passage to India

20140104-211913.jpg My colleague Jen Letherer and I left southern Michigan Thursday evening with 20 students on the heels of a snow storm and stepped off the plane in Mumbai about 20 hours later. We had changed planes in Paris where we had a 3-hour layover.

There was some confusion over a lost suitcase but customs and immigration were otherwise painless. A few students exchanged dollars into rupees and we walked out of the airport into a fenced plaza where the temperature was a humid 80 degrees. It was midnight and this is winter in Mumbai, which used to be called Bombay.

The thing you noticed beside the heat was the crush of people waiting for friends, relatives and associates. This explains the fence. It was hot and crowded and noisy. And this is India.

We stood just outside the plaza with our hosts, who had purchased tea for all of us—a hot, sweet, spicy tea with cream that appears ubiquitous. Several men insisted on carrying our luggage to the bus and then insisted we tip them. It was about 40 minutes to the YMCA hostel where we are staying for a week and by the time we got checked in it was almost four in the morning.

The accommodations are gracious and comfortable. My room is air-conditioned and I have a balcony. They serve complimentary tea in the morning to your room if you call the kitchen. I woke early to the sound of children playing in the street outside the hotel, as scooters and taxis roared by and horns blared. The whole day was a cacophony of noise. Did I mention the crush of people?

Crowded shops on and along the side walks lined our way as our bus blended into the throb of the city. The colors are rich and vibrant—the flowers and fruit and fabric join the assault on the senses. It makes you wish you had a better camera. Or at least a better memory.

We visited two colleges today, one a women’s only school run by nuns from the Society of the Sacred Heart of Jesus and another city college named after and founded 180 years ago by Scottish missionary John Wilson.

Although Wilson College has long since ceased to function as a Christian university, we met in the chapel with Christian students who sang loudly and passionately about their love for Jesus in a building built in 1935 for that purpose. Tonight, as I write this, I’m listening to an Imam in the neighborhood call faithful Muslims to prayer.

The majority of people here are Hindu, however, and the Hindi greeting you hear everywhere is namasthae– “I bow to the god in you.” I heard it echoed in the comments of the teacher who let us sit in on her class at the women’s college. Our guests are as gods to us, she said.

I was sorry to hear it.

This is serious and seductive, and accounts for the attraction of Eastern mysticism to many privileged Westerners. But there is no god in us, of course. God is over and above and outside of us.

I’m glad for that.

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About wally metts

Wally Metts is the daysman. He is director of graduate studies in communication at Spring Arbor University and is a pastor at Countryside Bible Church in Jonesville, MI. The father of four adult children, he and his wife Katie raise barn cats and Christmas trees in Michigan. His grandchildren call him Santa.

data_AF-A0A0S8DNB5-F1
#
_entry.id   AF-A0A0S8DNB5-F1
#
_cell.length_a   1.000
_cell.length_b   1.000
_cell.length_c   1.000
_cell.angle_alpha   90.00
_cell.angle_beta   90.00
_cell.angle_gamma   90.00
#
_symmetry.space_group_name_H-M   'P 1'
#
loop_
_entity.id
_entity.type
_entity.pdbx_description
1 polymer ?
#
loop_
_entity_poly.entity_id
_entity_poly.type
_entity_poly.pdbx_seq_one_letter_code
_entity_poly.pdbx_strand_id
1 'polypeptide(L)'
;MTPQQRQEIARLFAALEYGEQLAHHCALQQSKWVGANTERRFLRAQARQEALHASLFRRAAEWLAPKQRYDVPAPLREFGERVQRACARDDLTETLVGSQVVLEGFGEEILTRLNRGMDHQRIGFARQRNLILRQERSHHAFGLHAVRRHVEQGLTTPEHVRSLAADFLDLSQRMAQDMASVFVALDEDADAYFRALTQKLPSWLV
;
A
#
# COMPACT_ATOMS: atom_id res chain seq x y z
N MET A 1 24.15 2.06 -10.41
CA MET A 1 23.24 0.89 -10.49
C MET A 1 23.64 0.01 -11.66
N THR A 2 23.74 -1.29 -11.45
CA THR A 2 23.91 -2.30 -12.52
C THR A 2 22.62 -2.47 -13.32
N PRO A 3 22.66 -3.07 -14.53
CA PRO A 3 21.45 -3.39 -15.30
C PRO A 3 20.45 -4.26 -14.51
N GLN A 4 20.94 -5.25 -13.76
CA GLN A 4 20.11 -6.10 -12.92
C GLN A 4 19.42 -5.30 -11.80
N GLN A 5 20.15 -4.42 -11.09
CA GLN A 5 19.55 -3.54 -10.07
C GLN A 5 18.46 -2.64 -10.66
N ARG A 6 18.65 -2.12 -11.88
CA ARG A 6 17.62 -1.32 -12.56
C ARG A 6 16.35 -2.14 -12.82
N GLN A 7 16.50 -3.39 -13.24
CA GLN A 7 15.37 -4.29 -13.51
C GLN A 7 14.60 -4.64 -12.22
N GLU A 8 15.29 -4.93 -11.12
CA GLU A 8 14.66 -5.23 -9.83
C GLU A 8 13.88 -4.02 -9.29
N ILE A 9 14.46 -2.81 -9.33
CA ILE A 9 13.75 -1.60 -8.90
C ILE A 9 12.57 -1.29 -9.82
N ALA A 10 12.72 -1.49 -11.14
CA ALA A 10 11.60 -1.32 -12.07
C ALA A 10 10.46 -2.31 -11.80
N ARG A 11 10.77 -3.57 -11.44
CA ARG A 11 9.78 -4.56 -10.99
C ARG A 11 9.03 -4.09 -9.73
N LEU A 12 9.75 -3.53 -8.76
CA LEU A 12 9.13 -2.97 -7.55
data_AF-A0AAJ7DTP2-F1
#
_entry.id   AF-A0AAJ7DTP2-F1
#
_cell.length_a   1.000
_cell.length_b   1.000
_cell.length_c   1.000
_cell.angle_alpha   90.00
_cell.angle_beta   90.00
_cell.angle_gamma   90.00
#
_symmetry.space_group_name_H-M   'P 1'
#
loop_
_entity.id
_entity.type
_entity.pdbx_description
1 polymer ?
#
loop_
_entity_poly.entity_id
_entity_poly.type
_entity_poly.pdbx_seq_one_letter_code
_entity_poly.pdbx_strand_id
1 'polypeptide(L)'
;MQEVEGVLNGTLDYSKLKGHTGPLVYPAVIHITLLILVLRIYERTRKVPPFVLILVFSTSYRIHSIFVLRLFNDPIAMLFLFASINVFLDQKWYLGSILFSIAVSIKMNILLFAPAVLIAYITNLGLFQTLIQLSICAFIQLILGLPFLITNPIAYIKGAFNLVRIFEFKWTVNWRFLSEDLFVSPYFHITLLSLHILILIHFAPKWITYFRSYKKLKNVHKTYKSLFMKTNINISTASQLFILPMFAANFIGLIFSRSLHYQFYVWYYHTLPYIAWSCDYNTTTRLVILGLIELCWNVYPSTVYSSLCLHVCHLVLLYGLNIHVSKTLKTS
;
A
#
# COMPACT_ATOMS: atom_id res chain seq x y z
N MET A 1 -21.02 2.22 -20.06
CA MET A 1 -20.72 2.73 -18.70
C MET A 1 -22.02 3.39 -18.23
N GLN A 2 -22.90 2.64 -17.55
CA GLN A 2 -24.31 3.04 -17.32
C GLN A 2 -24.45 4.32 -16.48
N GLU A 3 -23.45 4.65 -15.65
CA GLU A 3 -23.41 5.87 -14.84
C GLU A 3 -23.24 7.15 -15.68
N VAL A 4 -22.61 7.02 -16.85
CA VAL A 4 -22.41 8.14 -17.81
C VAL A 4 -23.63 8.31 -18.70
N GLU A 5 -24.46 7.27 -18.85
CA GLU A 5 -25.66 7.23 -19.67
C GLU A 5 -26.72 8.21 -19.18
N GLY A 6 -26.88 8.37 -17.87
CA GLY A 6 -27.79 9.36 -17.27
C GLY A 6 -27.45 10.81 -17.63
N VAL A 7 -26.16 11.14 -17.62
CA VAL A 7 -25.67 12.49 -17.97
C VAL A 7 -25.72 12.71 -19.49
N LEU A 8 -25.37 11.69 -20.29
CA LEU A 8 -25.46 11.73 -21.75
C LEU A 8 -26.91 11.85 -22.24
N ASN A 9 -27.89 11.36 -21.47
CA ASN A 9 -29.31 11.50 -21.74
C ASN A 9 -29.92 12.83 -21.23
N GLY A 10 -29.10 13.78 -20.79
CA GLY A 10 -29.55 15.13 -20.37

3 Responses to “passage to India”

  1. Amen. I, too, am glad of that.

    Barb ball

  2. Blessings on your trip to India, Dr. Metts.

    I understand your sorrow about the Indian belief that their Hindu gods reside in people, including non-Hindu guests. However I’m wondering about your statement: “But there is no god in us, of course.” While it’s true that “God is over and above and outside of us,” the Bible states that 2 persons of our triune God–Jesus and the Holy Spirit–are also IN believers. . . Below are several of the many verses that indicate this . . . I’ve capitalized the specific “inner” references:

    JOHN 15:4-5
    “Remain in me, as I ALSO REMAIN IN YOU. No branch can bear fruit by itself; it must remain in the vine. Neither can you bear fruit unless you remain in me. I am the vine; you are the branches. If you remain in me AND I IN YOU, you will bear much fruit; apart from me you can do nothing. ”

    Acts 2:4
    “All of them were FILLED WITH THE HOLY SPIRIT and began to speak in other tongues as the Spirit enabled them.”

    Acts 9:17
    “Then Ananias went to the house and entered it. Placing his hands on Saul, he said, “Brother Saul, the Lord—Jesus, who appeared to you on the road as you were coming here—has sent me so that you may see again AND BE FILLED WITH THE HOLY SPIRIT.”

    1 Corinthians 6:19
    “Do you not know that your bodies are temples of the Holy Spirit, WHO IS IN YOU, whom you have received from God?”

    I’m no Bible scholar; perhaps these verses are symbolic/metaphorical. . . but I see no contextual reason not to take them literally. I may not be able to grasp how the infinite God can be in/around/above us, but I am glad He is truly “Emmanuel–God with us” in every possible way. False gods–Hindu deities & others–certainly are not.

    Traveling mercies to you & the group!

    Linda

    • Thanks, Linda. I understand the sense in which these texts refer to the spirit’s work in us. This is not, however, the sense in which they mean it. It is a hugely and important thing for us to respect our guest because he is made in the image of God but
      NOT to respect him because he is a god or is potentially a god. Thanks for making your important point/reminder that He is God with us.

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